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Sprach- und Hörentwicklung von Kindern mit technischen HörhilfenCommunication development in children with hearing devices

Communication development in children with cochlear implants





 

The acquisition of language by children is the basis for an adequate emotional, social and intellectual development. It is subject to a variety of factors. Important aspects are hearing and speech processing in critical stages of language acquisition. Speech production is closely related to speech perception and processing.

 

 Our research interests focus on children who exhibit hearing loss in sensitive stages of development. This may relate to auditory processing disorders as well as impairment of the middle ear, the inner ear or the auditory nerve.

 

A current research project is the examination of language and hearing development in children provided with hearing devices (especially cochlear implants, CI), including children with multiple disabilities. This research is based on a recently developed parents proxy questionnaire and supplemented with further testing. The FAPCI ("Functioning after Pediatric Cochlear Implantation"), which has been validated and translated to a German version (Grugel et al. 2009, 2011), is used as a main inventory.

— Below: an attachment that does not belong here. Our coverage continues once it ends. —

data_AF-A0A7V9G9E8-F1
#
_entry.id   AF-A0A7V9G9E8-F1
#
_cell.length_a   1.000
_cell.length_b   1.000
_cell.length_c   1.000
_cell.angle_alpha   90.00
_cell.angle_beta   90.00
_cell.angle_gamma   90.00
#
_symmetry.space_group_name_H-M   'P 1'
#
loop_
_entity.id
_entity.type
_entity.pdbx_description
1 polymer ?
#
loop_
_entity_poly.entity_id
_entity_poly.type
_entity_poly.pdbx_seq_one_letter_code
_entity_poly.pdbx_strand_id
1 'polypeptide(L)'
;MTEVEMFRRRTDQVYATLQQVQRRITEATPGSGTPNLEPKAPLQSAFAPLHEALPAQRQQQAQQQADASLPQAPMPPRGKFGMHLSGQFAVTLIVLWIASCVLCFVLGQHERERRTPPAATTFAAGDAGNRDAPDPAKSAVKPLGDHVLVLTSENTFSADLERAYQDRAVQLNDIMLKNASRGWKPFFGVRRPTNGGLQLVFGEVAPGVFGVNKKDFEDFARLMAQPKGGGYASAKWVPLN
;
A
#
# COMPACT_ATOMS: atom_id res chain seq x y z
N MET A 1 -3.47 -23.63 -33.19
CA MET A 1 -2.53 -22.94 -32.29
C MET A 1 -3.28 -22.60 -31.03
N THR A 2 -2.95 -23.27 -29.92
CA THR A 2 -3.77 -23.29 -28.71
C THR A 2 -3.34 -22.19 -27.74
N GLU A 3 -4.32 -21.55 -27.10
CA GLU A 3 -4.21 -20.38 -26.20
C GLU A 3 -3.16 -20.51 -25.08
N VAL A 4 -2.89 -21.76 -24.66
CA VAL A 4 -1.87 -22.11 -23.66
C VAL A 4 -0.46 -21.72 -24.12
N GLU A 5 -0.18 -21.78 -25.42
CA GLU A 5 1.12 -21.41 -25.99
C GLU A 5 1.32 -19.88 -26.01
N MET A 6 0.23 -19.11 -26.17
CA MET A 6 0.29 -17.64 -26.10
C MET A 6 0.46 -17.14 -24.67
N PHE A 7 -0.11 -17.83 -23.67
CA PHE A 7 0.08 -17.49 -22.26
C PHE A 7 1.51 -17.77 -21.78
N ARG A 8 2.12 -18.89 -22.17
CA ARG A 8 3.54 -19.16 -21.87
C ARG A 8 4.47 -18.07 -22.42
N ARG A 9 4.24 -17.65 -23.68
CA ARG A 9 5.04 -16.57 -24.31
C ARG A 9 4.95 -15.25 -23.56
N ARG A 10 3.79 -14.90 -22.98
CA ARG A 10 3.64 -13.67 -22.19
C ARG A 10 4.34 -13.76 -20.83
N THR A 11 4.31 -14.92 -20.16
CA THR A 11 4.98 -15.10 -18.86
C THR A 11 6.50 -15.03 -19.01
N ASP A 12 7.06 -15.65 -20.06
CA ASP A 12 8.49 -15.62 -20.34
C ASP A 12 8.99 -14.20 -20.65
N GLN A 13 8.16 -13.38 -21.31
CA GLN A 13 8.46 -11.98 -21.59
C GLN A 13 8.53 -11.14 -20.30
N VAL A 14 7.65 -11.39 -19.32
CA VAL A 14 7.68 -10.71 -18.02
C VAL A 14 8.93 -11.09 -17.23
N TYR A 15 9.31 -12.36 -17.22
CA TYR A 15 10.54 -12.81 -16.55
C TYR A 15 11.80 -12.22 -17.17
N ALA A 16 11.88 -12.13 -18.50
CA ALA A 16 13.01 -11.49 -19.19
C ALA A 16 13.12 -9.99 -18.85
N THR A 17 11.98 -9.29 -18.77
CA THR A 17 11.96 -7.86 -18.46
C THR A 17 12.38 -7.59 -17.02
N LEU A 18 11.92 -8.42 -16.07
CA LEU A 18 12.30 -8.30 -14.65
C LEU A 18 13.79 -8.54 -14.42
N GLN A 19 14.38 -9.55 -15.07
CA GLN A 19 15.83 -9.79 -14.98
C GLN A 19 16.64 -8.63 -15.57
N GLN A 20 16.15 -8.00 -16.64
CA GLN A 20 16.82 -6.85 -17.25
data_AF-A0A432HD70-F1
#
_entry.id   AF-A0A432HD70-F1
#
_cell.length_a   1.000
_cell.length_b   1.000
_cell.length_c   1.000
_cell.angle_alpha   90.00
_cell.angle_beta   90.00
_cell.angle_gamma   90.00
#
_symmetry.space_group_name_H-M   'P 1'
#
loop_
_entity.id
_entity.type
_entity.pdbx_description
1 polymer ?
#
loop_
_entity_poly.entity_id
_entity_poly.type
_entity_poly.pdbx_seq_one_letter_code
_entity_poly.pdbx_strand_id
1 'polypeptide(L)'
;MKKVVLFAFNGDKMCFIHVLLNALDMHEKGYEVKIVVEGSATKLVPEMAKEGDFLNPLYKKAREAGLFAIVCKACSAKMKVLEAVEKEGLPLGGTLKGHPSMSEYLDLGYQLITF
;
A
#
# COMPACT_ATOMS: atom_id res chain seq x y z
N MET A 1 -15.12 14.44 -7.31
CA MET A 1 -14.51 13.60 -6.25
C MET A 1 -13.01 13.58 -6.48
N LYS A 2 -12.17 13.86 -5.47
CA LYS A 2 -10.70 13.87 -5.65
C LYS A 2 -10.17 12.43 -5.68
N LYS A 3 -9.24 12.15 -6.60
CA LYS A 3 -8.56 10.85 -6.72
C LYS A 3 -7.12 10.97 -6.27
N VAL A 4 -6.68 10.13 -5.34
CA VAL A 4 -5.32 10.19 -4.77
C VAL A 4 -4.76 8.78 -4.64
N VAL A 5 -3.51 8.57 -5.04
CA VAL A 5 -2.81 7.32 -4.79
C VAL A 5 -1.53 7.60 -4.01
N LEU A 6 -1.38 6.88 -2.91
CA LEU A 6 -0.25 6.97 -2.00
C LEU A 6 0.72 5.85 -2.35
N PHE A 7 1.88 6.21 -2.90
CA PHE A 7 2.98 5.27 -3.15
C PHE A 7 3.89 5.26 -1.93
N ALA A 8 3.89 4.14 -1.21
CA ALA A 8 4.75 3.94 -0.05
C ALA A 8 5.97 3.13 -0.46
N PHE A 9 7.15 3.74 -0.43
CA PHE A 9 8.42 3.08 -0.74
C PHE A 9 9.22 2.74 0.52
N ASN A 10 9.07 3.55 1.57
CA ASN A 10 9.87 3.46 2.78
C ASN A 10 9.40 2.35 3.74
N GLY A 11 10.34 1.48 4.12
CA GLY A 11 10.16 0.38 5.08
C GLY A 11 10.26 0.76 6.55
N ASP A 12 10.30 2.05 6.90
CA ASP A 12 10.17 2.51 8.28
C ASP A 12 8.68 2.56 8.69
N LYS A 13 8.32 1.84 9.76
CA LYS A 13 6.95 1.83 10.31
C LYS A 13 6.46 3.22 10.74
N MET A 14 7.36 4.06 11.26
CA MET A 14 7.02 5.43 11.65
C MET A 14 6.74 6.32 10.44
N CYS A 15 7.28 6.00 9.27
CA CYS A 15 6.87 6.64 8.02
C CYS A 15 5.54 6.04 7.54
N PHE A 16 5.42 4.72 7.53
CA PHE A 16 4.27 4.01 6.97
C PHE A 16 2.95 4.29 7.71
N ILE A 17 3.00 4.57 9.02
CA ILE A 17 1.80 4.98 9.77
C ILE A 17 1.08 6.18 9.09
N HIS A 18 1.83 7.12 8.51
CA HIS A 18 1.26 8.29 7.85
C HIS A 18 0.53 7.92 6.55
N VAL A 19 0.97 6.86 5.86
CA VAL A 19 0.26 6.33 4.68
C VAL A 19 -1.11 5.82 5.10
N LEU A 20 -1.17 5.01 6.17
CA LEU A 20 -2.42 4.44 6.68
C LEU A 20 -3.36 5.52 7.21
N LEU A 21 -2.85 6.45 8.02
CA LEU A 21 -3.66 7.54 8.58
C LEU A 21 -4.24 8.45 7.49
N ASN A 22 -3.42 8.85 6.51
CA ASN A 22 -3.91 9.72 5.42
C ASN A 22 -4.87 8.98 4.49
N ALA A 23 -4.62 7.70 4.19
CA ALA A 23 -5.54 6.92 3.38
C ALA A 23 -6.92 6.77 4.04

With respect to real-world verbal communication (initially without distinction of language and auditory development), the score of FAPCI seems to be sensitive to the point in time at which intervention takes place. Further studies should be included to test the hypothesis of early rehabilitation with respect to sensitive phases of language acquisition.

 

Selected publications:

 

Meister H, Keilmann A, Leonhard K, Streicher B,Lang-Roth R. Real-world verbal communication performance of children provided with cochlear implants or hearing aids. Otol Neurotol. Epub ahead of print.

 

Grugel L, Streicher B, Lang-Roth R, Walger M, Meister H. Measuring communicative performance with the German version of the FAPCI-instrument: normative data and longitudinal results. Int J Pediatr Otorhinolaryngol. 2011 Apr;75(4):543-8.

 

 


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